[The Danish Data Protection’s judgement in case 2020-431-0075 of 30 September 2022]

Upon request from the Danish Consumer Ombudsman, the Danish Data Protection Agency initiated an investigation of how a marketing company was processing data. The data was collected via online competitions where participants were required to fill out questionnaires. Based on the information in the answers provided, it was possible to make personalized marketing content for each participant.

As a result of the processing activities, the company was retaining data to prove that it had obtained lawful consent to carry out the processing activities. This data included the participant’s contact information, IP address and a time stamp. When a participant withdrew their consent, this data was also retained on a so-called “No thank you-list”. The basis for retaining the data was the company’s legitimate interest.

Data relating to the participant’s consent was then stored for 5 years after being given or withdrawn. Other data from the questionnaire was automatically anonymized after 1 year.

Out of sight is not out of mind

Data proving the validity of a consent can as a main rule be retained while the data processing activity is ongoing. After that, the data can exceptionally be retained for a limited period of time if it is necessary to clarify if a dispute exists or is likely to arise. Consequently, the Data Protection Agency emphasized that the 5-year retention period defined by the company was unlawful.

The company had defined the 5-year retention period based on the statute of limitation period under the data protection rules. According to the Data Protection Agency, the mere chance that criminal proceedings could be initiated against the company was not sufficient to make it necessary to apply a longer retention period derogating from the main rule.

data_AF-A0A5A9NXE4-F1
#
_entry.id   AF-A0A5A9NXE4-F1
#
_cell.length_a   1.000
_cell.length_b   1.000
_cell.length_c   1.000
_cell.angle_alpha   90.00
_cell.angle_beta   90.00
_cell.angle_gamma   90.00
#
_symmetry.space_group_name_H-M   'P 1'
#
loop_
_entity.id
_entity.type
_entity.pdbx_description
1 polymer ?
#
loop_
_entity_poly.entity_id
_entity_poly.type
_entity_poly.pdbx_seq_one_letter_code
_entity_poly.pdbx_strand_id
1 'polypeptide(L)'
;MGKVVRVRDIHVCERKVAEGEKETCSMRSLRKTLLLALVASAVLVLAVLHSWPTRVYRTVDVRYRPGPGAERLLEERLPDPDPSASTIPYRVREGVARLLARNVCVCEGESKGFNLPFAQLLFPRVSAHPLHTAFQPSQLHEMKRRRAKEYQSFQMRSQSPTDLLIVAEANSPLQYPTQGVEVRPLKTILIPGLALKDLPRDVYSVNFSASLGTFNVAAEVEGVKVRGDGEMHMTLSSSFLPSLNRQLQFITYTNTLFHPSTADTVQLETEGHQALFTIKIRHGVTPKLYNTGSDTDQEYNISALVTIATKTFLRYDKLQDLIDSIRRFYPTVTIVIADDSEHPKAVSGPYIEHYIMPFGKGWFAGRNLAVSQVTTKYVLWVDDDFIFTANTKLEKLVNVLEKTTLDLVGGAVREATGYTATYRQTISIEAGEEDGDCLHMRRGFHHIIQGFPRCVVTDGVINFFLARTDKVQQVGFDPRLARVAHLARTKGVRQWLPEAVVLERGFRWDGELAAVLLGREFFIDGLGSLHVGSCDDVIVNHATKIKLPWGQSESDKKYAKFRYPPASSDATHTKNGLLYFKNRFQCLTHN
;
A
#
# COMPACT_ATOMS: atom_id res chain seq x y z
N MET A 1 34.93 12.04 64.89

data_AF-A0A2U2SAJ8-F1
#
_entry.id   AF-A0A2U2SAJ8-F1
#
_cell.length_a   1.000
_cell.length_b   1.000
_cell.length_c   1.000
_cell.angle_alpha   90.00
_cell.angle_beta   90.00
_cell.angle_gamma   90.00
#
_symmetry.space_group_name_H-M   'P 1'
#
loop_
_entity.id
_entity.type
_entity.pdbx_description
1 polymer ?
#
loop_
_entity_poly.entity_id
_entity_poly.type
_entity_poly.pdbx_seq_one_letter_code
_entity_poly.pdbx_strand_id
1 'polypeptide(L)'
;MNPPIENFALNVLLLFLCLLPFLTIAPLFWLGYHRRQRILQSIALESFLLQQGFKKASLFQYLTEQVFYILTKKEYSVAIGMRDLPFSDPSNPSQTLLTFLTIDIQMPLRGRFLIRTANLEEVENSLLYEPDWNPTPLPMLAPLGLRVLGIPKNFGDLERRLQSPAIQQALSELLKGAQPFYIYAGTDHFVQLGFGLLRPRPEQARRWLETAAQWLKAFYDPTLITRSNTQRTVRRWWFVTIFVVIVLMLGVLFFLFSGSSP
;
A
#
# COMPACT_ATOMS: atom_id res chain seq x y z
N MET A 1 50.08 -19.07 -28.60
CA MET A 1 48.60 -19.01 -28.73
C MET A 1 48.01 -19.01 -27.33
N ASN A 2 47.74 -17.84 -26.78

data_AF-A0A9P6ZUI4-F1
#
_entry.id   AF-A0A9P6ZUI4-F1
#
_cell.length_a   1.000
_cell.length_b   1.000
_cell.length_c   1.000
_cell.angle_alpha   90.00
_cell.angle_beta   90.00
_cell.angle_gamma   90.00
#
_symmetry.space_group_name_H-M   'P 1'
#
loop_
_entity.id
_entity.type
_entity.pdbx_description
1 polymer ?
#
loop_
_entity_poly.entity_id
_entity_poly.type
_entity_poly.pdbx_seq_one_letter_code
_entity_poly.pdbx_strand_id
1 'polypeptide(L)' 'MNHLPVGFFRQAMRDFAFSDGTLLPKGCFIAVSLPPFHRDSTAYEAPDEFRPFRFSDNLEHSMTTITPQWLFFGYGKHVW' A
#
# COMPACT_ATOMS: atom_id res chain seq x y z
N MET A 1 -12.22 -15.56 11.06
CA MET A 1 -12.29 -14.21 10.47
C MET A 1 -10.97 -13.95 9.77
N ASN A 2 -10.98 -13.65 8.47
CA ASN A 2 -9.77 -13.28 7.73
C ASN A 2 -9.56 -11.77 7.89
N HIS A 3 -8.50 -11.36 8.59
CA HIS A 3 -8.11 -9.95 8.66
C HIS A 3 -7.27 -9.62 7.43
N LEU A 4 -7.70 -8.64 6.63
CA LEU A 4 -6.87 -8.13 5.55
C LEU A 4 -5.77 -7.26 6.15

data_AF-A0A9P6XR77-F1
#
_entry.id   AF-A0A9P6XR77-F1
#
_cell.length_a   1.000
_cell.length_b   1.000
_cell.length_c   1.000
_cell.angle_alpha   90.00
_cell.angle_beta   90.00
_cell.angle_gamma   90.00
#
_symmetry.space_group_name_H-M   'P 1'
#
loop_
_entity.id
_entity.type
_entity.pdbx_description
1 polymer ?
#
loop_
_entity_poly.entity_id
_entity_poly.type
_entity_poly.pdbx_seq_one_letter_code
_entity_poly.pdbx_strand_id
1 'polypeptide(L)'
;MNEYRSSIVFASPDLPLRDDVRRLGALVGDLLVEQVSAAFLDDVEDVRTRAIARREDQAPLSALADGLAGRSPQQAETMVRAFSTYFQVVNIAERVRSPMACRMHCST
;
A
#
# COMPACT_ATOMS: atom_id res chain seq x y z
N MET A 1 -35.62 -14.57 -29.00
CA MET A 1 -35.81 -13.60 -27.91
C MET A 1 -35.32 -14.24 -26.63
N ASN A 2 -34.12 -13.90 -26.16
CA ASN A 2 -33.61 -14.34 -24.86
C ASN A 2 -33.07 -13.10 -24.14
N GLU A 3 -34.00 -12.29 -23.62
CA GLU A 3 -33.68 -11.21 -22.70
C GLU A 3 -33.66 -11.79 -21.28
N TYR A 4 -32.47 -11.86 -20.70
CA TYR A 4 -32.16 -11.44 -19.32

Also, the Danish Data Protection Agency clarified that the “No thank you-list” clearly was unnecessary. The company should be able to document a valid consent. However, for that same reason, it was also unnecessary to make a list for invalid consents. Besides for criticism of the list, the company also received an order to delete the content on the list within four weeks.

IUNO’s opinion

It is undoubtfully difficult to navigate in the different retention and deletion requirements. Companies should create general guidelines for data retention in addition to case-by-case assessments of when deletion is an appropriate measure.

When it comes to data retention, IUNO especially recommends for companies to pay attention as to whether there are specific reasons that support that a dispute could arise. If this is the case, a longer retention period may be necessary in order for the company to document that it complied with the data protection rules.

[The Danish Data Protection’s judgement in case 2020-431-0075 of 30 September 2022]

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Anders

Etgen Reitz

Partner

Kirsten

Astrup

Senior associate

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The team

Anders

Etgen Reitz

Partner

Kirsten

Astrup

Senior associate